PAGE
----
• To make fantastic ice cream — for its own sake. To make, distribute and sell the finest quality ice cream and euphoric concoctions with a continued commitment to incorporating wholesome, natural ingredients and promoting business practices that respect the Earth and the Environment.

We like the simplicity and clarity of Ben & Jerry’s brand purpose and its pillars. It’s a great example of a brand clearly expressing its commitments.

The great thing about a brand purpose is it doesn’t just inform, but also influences and drives behaviour from employees, customers, and even your suppliers. A brand purpose supported by brand pillars has the power to transform an organization (like Ben & Jerrys, or TOMs or Patagonia, or IKEA) from good to great.

Brand Purpose is like your organization’s operating system. It becomes not just a marketing positioning tool, but a compass to guide decisions.

At Catalyst 17, we also have a far more nuanced concept of a brand. We feel that product attributes, marketing brand promises, employee experience and corporate social promises (CSR, ESG, SDG) should all be built within a taxonomy of the total Brand Ecosystem.

Brand Ecosystem

Within a brand, there are subsets, each interdependent upon one another. Every element of a brand has a symbiotic relationship with the other, and all should be clearly defined and articulated in a brand playbook.

Subsets include:

  • Brand Purpose. This is the Why” your brand exists or matters with respect to how it influences people’s lives both inside and outside of a company. It should have relevance beyond just you, your products and your customer. It should have social relevance. It’s a commitment or vow on what the company or founders reason for being. It’s built on an Emotional Value Proposition or EVP. Brand purpose works for both inside audiences, such as employees and for outside audiences like customers, the general public and your suppliers.
  • Brand Pillars. The compelling truths of the brand — those attributes that communicate the Brand Purpose, its core beliefs, culture, and values that must be present when experiencing the brand.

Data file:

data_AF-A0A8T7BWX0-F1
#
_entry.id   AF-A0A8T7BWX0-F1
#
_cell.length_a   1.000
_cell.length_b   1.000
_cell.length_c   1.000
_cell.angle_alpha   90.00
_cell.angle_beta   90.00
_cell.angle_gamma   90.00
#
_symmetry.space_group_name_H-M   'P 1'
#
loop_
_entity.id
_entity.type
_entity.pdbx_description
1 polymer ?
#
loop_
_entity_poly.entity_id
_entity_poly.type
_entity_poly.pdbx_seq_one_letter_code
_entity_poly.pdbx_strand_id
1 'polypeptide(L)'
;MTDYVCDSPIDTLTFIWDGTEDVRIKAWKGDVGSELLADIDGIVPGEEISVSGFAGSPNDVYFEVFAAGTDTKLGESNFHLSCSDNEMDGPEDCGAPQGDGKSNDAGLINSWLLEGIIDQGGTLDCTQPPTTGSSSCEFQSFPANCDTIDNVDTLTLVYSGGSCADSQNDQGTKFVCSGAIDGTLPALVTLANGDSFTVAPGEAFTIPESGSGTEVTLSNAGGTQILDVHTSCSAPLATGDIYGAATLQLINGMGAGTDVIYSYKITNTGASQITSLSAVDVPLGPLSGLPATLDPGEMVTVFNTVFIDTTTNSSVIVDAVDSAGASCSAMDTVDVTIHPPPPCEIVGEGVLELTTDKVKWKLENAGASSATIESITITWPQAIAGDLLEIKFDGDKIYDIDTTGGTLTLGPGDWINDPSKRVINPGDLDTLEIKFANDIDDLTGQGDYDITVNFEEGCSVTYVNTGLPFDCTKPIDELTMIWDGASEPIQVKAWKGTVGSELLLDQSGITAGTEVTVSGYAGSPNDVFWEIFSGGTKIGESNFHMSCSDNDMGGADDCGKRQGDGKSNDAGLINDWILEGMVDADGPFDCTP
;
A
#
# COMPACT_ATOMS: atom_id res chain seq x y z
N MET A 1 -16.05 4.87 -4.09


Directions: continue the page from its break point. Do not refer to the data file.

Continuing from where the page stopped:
• Brand (Product) Promise. Communicates the rational value proposition of the brand or product to the buyer. It’s built on a Rational Value Proposition or RVP
  • Brand Personality. The voice of the brand — the tone and the manner in which the brand will communicate.
  • Brand Positioning. The strategic intent or design for a differentiated image of the brand toward a particular target audience.
  • Brand Identity. The intentional design, name and/or symbol that distinguishes a product, service, or entity from any other. The brand’s “clothing”.
  • Brand Story. This makes the Brand Purpose real. A narrative that conveys how the brand is living its promises and helps connect brands with humans at an emotional level and in a very powerful way.
  • Brand Experience (External). The intentional design of external moments that physically, visually, and verbally integrate into people’s lives and their lifestyle, expressing the purpose, promise, and pillars of the brand, and triggering an emotional response. Store design, packaging design, consumer service scripts all contribute to a brand experience.
  • Brand Experience (Internal). The intentional design of internal moments that physically, visually, and verbally integrate into employee’s lives and expressing the purpose, promise, and pillars of the brand, and triggering an emotional response and commitment to the brand.
  • Brand Image. The collective set of associations attached to the brand identity and brand experience [influenced by all the others] in the minds of its constituents.

Where a Brand Promise is stored in the head as a rational statement, a Brand Purpose is stored in the heart. It has the power to differentiate your organization from your competition and drives decisions and behaviour.

At this time in history, people are looking for more from the brands they support and employees want to know that their work matters. They want their values aligned with their purchases and brand loyalty. To get from good to great, and to stay relevant, now is a good time to look at your brand ecosystem, and design and look at it as your company’s operating system!

Brian Hickling

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Perspectives on Social Impact Branding presented by the staff and partners at Catalysy 17

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Brian Hickling

Brian Hickling

I believe in the power of creativity to change the world. I help brands to leverage the accelerated growth potential of Social Impact Branding.